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Crustal Melting in the Himalaya, Collision tectonics and the Origin of Granite

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If you have a question about this talk, please contact Matouš Ptáček.

This seminar will address the significance of crustal melting during prograde metamorphism, and its place within the complex causal chain of events that ensues during a continental collision: Does melting drive the tectonics, or do the tectonics cause melting? One way to answer this question is to focus on the location of Miocene granite outcrops found within the Himalayas, and attempt to determine their origin; this can be done using a wide range of evidence, including Nd isotopes in garnets, which allow very accurate dating of their decompression paths, and Hf-O isotopic data in zircons. Additionally, models describing dehydration & decompression melting in the crust, and the rheological consequences of crustal anatexis, can be constructed. Proceeding to ground such models in geochemical observations, one can attempt the further study of regional-scale dynamics during a continental collision in an integrated framework that considers both the brittle and ductile behaviours of rock, as well as the transitions between these two schemes. Finally, the roles of channel flow, the monsoon, and erosion across the Himalayas shall also be considered.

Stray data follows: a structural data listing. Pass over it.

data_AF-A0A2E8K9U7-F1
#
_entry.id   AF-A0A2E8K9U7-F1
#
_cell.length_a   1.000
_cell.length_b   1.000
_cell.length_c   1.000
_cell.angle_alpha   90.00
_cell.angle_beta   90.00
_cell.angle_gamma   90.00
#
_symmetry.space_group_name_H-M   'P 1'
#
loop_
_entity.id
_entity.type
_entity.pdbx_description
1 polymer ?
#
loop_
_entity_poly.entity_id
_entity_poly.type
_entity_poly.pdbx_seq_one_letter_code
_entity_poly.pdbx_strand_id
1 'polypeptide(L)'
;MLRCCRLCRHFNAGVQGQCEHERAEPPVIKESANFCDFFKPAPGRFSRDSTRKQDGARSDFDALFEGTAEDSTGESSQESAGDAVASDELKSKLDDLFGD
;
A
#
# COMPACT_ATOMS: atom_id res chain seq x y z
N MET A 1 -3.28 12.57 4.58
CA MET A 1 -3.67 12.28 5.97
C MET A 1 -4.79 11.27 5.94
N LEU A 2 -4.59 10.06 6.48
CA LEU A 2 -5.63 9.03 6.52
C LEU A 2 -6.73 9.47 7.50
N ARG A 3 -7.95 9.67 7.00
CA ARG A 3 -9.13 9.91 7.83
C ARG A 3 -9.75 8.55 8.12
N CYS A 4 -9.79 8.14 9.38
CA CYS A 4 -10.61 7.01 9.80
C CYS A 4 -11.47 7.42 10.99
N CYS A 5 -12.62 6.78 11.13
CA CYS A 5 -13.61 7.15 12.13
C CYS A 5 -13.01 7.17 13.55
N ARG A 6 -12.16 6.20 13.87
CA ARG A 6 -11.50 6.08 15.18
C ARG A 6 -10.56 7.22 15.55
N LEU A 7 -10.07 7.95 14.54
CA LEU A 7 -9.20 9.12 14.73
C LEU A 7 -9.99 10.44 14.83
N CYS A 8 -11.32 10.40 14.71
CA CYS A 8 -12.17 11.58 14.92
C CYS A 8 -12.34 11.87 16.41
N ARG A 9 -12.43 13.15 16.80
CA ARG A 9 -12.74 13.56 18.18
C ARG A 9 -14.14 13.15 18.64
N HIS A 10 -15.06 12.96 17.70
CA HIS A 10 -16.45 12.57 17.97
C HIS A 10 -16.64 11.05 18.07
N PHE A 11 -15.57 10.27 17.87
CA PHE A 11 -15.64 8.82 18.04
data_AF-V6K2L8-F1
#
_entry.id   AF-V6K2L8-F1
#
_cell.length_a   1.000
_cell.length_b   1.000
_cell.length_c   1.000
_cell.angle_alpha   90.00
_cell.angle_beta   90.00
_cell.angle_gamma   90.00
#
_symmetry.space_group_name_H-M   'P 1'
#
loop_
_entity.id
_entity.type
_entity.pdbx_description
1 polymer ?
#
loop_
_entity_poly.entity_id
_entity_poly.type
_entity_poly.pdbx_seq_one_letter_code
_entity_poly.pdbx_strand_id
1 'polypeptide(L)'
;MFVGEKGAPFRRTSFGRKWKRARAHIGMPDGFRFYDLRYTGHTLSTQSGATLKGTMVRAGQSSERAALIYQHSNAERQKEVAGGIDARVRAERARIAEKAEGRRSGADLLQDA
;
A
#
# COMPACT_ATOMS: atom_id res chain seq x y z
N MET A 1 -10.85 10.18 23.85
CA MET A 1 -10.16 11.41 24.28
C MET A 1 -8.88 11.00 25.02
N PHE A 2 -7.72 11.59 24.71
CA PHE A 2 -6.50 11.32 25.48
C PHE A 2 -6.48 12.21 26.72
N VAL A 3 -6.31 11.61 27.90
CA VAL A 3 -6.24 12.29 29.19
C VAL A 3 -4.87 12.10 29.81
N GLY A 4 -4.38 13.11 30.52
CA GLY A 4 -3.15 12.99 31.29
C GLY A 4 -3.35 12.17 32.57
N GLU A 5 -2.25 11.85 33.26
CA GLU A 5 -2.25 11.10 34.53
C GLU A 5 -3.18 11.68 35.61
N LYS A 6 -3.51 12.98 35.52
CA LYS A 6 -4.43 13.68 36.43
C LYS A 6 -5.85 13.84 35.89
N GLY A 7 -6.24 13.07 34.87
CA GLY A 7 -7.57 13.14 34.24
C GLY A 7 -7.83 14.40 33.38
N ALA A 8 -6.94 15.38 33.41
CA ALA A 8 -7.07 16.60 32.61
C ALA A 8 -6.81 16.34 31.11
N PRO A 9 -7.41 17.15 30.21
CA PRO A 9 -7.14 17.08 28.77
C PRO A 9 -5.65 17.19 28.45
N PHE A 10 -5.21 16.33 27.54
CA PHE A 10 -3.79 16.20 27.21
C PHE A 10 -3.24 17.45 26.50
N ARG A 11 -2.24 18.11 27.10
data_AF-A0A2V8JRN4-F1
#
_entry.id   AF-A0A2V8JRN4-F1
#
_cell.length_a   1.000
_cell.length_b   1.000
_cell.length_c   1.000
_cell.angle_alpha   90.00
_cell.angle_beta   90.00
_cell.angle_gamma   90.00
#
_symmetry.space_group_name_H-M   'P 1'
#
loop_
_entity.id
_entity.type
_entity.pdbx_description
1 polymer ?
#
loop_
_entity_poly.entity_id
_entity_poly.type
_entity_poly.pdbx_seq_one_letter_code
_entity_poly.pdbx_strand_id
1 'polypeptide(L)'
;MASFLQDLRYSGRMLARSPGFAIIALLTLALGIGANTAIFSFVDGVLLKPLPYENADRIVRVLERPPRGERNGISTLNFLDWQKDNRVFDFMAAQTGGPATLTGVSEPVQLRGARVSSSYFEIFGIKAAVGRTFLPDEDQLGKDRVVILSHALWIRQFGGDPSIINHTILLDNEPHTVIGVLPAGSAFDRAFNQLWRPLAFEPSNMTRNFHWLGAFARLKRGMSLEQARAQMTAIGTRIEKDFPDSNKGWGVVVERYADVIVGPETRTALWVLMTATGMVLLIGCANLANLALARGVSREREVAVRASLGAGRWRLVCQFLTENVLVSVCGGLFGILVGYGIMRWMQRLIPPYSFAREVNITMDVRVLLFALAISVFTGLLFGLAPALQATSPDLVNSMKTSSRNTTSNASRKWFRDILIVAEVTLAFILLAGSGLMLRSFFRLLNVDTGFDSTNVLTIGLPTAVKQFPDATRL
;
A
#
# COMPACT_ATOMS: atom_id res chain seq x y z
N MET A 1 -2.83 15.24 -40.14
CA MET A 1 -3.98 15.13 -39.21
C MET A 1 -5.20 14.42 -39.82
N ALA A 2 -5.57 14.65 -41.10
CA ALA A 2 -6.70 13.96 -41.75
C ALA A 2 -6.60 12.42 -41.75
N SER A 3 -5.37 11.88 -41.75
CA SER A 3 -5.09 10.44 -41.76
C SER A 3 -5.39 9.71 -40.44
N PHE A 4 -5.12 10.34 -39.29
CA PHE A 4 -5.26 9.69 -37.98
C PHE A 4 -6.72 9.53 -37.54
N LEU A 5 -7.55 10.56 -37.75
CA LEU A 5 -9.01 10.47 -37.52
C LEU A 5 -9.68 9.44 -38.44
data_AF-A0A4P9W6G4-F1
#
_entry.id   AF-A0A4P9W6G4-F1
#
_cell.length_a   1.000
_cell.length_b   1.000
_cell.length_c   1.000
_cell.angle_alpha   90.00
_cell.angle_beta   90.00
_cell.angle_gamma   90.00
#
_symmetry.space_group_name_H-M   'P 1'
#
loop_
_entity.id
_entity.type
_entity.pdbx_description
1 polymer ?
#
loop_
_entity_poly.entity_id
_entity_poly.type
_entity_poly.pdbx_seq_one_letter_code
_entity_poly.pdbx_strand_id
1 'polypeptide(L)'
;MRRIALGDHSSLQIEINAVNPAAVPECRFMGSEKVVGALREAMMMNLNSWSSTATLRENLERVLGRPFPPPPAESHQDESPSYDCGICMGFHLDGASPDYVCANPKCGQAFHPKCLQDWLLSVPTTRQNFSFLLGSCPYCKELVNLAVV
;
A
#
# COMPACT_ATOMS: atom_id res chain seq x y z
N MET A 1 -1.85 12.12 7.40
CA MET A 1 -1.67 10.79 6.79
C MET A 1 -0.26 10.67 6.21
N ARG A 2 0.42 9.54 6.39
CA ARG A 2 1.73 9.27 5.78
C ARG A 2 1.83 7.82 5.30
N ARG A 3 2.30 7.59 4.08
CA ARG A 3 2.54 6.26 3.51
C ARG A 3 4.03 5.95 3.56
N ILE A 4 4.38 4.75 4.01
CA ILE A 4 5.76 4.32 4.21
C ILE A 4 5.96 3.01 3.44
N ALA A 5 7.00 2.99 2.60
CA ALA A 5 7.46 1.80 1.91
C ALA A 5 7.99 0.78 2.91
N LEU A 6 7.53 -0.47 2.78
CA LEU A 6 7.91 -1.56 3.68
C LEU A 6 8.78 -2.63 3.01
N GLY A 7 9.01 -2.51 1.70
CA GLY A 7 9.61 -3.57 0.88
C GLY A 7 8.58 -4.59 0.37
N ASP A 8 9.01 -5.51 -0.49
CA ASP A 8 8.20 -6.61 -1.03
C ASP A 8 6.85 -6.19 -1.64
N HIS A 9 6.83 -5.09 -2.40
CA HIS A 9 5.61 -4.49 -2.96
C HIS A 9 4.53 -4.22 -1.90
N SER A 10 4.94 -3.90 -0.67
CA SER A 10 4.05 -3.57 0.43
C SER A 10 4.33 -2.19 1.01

This talk is part of the Sedgwick Club talks series.

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